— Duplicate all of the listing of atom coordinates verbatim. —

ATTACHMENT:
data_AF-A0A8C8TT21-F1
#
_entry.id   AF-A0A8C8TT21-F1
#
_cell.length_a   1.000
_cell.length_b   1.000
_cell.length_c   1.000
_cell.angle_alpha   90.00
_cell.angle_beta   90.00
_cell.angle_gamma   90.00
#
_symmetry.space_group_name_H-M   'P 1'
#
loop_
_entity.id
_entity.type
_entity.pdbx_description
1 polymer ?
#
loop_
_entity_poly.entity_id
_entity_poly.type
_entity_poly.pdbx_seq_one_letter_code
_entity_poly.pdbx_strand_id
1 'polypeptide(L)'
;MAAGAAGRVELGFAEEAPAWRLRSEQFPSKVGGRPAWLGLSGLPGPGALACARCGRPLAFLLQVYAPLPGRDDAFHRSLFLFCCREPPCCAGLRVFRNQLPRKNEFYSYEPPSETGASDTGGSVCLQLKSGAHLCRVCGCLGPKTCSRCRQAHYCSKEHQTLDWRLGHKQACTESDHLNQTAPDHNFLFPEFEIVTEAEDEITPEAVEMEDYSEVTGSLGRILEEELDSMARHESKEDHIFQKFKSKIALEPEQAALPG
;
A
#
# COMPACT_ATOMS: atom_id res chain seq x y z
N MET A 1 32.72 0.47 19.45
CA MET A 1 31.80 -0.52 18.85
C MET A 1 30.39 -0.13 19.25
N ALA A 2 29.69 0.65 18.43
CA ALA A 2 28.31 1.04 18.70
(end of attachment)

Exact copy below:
data_AF-A0A8C8TT21-F1
#
_entry.id   AF-A0A8C8TT21-F1
#
_cell.length_a   1.000
_cell.length_b   1.000
_cell.length_c   1.000
_cell.angle_alpha   90.00
_cell.angle_beta   90.00
_cell.angle_gamma   90.00
#
_symmetry.space_group_name_H-M   'P 1'
#
loop_
_entity.id
_entity.type
_entity.pdbx_description
1 polymer ?
#
loop_
_entity_poly.entity_id
_entity_poly.type
_entity_poly.pdbx_seq_one_letter_code
_entity_poly.pdbx_strand_id
1 'polypeptide(L)'
;MAAGAAGRVELGFAEEAPAWRLRSEQFPSKVGGRPAWLGLSGLPGPGALACARCGRPLAFLLQVYAPLPGRDDAFHRSLFLFCCREPPCCAGLRVFRNQLPRKNEFYSYEPPSETGASDTGGSVCLQLKSGAHLCRVCGCLGPKTCSRCRQAHYCSKEHQTLDWRLGHKQACTESDHLNQTAPDHNFLFPEFEIVTEAEDEITPEAVEMEDYSEVTGSLGRILEEELDSMARHESKEDHIFQKFKSKIALEPEQAALPG
;
A
#
# COMPACT_ATOMS: atom_id res chain seq x y z
N MET A 1 32.72 0.47 19.45
CA MET A 1 31.80 -0.52 18.85
C MET A 1 30.39 -0.13 19.25
N ALA A 2 29.69 0.65 18.43
CA ALA A 2 28.31 1.04 18.70